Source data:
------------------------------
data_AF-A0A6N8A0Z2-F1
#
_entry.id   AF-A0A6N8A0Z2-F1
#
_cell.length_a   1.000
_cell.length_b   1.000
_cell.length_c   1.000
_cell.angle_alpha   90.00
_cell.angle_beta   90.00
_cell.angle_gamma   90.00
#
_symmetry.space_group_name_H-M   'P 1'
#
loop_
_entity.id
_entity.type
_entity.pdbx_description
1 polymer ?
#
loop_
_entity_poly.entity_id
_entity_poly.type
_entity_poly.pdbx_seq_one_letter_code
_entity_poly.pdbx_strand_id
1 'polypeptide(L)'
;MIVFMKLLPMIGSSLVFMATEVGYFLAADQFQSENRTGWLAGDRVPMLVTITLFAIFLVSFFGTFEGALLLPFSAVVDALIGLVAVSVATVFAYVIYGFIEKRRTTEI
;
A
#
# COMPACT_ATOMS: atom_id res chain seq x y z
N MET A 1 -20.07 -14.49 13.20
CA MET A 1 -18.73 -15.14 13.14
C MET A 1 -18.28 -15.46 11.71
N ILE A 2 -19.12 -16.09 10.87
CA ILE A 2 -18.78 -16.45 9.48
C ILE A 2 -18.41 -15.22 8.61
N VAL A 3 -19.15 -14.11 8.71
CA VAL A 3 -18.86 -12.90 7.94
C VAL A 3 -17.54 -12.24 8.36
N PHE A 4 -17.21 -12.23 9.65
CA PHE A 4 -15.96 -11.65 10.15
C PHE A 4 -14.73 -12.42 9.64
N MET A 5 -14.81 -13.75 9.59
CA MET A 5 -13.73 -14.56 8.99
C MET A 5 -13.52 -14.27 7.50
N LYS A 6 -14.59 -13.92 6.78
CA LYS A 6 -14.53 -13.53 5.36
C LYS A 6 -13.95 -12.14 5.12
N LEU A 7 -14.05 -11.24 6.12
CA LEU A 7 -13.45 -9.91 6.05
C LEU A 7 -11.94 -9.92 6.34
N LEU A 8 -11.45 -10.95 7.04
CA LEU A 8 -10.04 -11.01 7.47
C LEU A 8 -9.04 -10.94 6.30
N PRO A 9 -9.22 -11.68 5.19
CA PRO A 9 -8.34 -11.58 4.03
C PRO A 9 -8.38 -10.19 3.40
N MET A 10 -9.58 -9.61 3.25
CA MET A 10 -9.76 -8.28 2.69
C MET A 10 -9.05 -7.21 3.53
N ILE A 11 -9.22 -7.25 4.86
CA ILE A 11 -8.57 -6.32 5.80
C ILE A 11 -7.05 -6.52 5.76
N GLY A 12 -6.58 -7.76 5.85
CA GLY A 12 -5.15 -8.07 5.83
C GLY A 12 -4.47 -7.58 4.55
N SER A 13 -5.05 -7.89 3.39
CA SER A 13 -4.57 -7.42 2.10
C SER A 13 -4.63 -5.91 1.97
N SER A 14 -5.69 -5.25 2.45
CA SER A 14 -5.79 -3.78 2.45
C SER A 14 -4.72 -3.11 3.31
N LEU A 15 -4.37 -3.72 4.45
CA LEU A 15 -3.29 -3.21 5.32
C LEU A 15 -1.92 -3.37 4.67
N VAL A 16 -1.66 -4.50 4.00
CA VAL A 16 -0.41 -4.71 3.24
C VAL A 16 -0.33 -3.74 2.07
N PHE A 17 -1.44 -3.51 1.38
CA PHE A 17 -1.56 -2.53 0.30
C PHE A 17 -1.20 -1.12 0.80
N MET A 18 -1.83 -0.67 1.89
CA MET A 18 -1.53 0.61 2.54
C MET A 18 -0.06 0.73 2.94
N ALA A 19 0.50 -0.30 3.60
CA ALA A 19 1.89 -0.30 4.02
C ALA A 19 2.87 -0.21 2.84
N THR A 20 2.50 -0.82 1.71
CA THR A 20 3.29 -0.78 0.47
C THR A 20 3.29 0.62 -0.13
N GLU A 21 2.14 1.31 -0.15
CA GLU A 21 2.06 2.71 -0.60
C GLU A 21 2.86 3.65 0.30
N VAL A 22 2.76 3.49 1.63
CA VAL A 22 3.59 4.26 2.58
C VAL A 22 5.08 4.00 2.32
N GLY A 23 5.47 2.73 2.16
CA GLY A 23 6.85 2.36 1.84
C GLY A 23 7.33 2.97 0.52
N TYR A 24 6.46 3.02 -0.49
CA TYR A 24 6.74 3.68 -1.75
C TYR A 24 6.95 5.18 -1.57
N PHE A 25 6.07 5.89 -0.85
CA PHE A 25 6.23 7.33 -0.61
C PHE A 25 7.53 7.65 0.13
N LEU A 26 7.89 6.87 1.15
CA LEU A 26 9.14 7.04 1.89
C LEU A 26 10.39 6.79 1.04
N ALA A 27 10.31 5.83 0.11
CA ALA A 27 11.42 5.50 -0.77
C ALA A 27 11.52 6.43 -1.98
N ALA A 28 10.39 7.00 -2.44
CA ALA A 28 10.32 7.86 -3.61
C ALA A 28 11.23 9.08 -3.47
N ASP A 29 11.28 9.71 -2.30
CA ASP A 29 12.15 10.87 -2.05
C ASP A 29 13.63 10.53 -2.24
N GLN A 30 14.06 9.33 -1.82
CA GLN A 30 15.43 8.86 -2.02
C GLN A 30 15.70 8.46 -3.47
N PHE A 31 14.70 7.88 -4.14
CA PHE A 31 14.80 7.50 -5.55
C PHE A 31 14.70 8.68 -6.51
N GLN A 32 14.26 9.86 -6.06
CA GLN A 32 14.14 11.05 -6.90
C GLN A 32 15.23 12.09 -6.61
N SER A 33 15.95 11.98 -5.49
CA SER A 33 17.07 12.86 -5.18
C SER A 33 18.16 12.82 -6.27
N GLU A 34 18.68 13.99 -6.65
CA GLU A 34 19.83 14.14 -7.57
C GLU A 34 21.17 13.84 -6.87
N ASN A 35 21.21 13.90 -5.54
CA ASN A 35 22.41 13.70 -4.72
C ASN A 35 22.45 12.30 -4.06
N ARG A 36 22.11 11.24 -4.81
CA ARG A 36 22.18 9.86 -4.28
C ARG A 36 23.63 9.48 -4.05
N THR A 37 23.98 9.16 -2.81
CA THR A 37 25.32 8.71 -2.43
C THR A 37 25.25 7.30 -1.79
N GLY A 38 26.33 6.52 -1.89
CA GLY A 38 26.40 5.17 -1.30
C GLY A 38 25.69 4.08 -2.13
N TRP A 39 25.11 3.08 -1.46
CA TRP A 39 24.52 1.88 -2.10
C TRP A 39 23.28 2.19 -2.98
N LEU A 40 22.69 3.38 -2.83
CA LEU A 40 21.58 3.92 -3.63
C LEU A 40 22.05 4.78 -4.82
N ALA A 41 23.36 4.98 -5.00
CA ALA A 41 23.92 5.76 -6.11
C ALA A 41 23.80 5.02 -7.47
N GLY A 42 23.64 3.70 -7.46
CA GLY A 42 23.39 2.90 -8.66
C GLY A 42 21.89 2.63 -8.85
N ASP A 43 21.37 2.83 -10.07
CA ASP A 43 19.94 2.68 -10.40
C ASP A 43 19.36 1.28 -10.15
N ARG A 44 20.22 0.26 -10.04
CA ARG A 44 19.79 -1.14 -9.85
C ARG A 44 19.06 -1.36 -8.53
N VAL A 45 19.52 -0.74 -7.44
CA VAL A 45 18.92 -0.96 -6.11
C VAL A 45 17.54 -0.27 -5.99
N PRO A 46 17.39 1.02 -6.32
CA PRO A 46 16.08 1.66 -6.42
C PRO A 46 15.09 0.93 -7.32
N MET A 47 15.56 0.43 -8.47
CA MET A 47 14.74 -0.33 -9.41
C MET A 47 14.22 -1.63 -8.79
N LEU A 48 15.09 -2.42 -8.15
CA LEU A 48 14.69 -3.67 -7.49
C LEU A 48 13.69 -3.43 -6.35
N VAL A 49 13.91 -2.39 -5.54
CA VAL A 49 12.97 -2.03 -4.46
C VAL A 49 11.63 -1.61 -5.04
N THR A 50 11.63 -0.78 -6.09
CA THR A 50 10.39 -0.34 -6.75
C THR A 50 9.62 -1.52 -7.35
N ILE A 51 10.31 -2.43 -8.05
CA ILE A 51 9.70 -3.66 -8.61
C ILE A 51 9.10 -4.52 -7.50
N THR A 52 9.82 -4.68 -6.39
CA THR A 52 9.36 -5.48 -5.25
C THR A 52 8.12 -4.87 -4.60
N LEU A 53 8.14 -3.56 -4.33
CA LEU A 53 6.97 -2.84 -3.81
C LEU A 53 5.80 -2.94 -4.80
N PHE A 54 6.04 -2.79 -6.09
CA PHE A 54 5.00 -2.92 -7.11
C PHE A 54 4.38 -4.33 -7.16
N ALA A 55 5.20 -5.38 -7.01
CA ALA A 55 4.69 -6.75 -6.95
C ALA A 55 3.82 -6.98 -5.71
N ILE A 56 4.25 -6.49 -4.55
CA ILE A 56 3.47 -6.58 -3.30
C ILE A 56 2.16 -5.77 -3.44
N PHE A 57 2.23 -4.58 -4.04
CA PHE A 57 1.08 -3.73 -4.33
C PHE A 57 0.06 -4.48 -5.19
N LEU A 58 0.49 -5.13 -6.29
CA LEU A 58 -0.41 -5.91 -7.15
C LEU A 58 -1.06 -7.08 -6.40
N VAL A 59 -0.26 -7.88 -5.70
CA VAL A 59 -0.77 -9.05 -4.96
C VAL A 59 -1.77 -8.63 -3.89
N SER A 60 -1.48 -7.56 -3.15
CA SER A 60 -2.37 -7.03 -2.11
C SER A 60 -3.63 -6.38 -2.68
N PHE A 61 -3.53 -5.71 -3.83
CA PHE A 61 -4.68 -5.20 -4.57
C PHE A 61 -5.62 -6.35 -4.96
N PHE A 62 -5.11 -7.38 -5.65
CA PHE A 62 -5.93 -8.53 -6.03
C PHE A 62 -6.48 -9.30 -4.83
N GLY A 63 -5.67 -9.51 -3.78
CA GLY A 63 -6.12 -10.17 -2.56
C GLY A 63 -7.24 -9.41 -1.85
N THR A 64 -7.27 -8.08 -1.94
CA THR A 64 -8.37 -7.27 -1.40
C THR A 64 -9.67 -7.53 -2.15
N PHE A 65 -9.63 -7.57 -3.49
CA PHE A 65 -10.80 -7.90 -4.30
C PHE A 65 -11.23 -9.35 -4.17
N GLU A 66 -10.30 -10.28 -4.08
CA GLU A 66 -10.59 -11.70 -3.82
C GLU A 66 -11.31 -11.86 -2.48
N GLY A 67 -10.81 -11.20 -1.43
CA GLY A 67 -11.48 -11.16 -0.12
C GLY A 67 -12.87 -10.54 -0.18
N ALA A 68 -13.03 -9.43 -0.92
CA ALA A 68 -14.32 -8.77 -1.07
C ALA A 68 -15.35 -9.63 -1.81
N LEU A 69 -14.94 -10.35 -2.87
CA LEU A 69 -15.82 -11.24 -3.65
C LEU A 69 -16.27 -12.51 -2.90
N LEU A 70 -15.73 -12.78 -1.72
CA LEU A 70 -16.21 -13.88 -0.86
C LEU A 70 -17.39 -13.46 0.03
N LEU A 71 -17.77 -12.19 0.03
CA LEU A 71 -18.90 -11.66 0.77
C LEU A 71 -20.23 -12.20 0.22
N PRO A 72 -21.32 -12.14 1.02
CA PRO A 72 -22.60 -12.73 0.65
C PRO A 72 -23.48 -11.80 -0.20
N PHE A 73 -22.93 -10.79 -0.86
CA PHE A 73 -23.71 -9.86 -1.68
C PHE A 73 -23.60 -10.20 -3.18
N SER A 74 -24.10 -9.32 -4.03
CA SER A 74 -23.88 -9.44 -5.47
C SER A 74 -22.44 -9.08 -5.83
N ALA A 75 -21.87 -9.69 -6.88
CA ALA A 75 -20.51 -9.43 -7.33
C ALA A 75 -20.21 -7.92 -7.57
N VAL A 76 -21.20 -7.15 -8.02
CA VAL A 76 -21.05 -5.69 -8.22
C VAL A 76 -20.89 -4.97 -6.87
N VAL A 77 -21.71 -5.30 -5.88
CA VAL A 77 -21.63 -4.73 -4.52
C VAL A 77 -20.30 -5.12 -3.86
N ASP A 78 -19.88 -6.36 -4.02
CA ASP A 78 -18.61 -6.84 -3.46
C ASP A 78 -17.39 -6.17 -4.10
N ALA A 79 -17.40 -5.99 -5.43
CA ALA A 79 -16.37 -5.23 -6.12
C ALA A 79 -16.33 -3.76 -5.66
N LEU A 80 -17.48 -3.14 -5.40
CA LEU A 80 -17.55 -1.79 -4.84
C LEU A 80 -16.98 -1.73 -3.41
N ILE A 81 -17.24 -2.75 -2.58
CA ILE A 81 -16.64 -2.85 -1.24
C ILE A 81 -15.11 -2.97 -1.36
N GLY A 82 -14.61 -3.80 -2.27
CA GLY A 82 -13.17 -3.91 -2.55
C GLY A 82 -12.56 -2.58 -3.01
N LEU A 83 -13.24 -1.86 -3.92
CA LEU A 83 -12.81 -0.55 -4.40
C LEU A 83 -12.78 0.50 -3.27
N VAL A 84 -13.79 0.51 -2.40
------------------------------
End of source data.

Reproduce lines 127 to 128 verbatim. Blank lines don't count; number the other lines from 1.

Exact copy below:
N SER A 33 15.95 11.98 -5.49
CA SER A 33 17.07 12.86 -5.18